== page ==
A computer programme taught to generate clickbait news headlines claims 2013 was the year of the self-driving car and that One Direction have been killed in a fire. The programme, which replicates the luring links of sites such as Buzzfeed, is the result of feeding a neural network with two million sensational headlines.

Created by Norwegian developer and blogger Lars Eidnes, the clickbait generator creates headlines which play on readers' curiosity and dumps them onto a website designed to look like BuzzFeed, called Click-o-Tron. In a bid to "free up clickbait writers to do useful work", Eidnes used an artificial neural network to create a prediction machine.

AI clickbait
Bad news for the National Dog Food Movement... Screenshot

By teaching the programme to predict what word should come next in a sequence like 'Which Disney character are...', Eidnes was able to create automated clickbait headlines which, although not always grammatically correct, often have a similar structure to those created by human writers. In some cases, the computer's lack of understanding context led to some plausible and sensational – but wholly fictional – headlines.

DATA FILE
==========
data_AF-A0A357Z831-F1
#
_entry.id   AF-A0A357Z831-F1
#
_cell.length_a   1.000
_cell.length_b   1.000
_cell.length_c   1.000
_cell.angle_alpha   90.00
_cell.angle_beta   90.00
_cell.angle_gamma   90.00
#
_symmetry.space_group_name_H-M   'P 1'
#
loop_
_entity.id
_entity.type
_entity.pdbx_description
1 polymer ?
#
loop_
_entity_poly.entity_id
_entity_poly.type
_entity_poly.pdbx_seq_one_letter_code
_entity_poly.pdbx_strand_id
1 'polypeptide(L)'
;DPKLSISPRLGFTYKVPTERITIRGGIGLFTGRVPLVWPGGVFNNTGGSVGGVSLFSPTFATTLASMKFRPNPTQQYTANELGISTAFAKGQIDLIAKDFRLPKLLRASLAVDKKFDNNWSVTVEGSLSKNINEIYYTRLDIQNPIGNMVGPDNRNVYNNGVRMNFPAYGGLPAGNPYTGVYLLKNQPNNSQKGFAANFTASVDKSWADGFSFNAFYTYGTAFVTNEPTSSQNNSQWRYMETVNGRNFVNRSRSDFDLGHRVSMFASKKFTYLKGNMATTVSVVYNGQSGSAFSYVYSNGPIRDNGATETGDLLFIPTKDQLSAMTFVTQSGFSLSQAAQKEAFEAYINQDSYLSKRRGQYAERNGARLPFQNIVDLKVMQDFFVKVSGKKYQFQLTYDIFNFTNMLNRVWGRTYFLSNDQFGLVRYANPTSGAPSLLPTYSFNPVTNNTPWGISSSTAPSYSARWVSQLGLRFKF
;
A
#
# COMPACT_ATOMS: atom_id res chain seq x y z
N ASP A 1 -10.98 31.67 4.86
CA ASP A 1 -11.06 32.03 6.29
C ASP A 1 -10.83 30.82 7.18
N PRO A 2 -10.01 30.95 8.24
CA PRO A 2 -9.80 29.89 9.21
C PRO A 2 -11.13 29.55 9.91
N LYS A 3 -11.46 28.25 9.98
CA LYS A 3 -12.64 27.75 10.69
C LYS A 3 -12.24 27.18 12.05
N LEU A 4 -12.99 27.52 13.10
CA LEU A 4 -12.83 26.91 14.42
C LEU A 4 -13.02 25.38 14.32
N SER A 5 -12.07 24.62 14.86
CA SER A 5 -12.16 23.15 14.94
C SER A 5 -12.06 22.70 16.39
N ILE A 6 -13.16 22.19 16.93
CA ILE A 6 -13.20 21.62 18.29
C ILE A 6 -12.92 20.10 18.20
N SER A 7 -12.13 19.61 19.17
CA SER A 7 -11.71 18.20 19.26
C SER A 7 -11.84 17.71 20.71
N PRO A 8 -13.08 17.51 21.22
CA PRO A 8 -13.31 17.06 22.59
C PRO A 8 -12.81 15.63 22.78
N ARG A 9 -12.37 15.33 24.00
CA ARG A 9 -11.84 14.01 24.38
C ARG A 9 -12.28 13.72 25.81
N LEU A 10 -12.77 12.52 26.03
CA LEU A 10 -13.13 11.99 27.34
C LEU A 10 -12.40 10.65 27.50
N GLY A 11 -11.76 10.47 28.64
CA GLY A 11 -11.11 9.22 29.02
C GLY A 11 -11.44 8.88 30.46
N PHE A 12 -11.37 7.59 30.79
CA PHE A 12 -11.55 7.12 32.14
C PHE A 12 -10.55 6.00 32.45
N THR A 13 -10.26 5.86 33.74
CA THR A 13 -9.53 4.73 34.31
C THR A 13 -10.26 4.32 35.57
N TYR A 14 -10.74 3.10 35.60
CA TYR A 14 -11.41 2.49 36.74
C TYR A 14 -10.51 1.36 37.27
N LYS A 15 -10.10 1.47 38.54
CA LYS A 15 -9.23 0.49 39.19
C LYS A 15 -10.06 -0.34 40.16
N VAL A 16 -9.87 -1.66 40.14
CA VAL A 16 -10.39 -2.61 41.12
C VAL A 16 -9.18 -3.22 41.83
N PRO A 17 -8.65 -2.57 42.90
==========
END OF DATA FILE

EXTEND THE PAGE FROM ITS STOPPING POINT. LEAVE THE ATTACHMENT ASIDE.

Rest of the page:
Eidnes blogged about his project, musing that, although the software doesn't understand the context of any word it uses, so cannot be reporting known facts, "it's not clear that clickbait needs to have any relation to the real world in order to be successful". Referring to some genuine Buzzfeed headlines, Eidnes said: "It's not clear that [the headlines] are much more than a semi-random concatenation of topics their userbase likes... 100% correct grammar is not a requirement."

Here are some of the headlines the artificial intelligence writer came up with:

Artificial intelligence clickbait news
Clickbait AI understands how to use quote marks to sensationalise headlines Screenshot
  • The 34 greatest photos of political history
  • How the world's most extreme baby moms lost weight
  • 2013: The year of the self-driving car
AI Clickbait
How-to stories are popular forms of clickbait, which the AI system replicates here Screenshot
  • John McCain speaks out in his own words
  • Beyonce discusses River Island
  • Should we stop using the world 'double'?
Ai clickbait
Celebrity death hoaxes are an internet news favourite, and the AI nails it here Screenshot
  • Tips and beauty at 2014 Oscars
  • Why the National Dog Food Movement is a disaster
  • Facebook wants you to get paid on the job in the media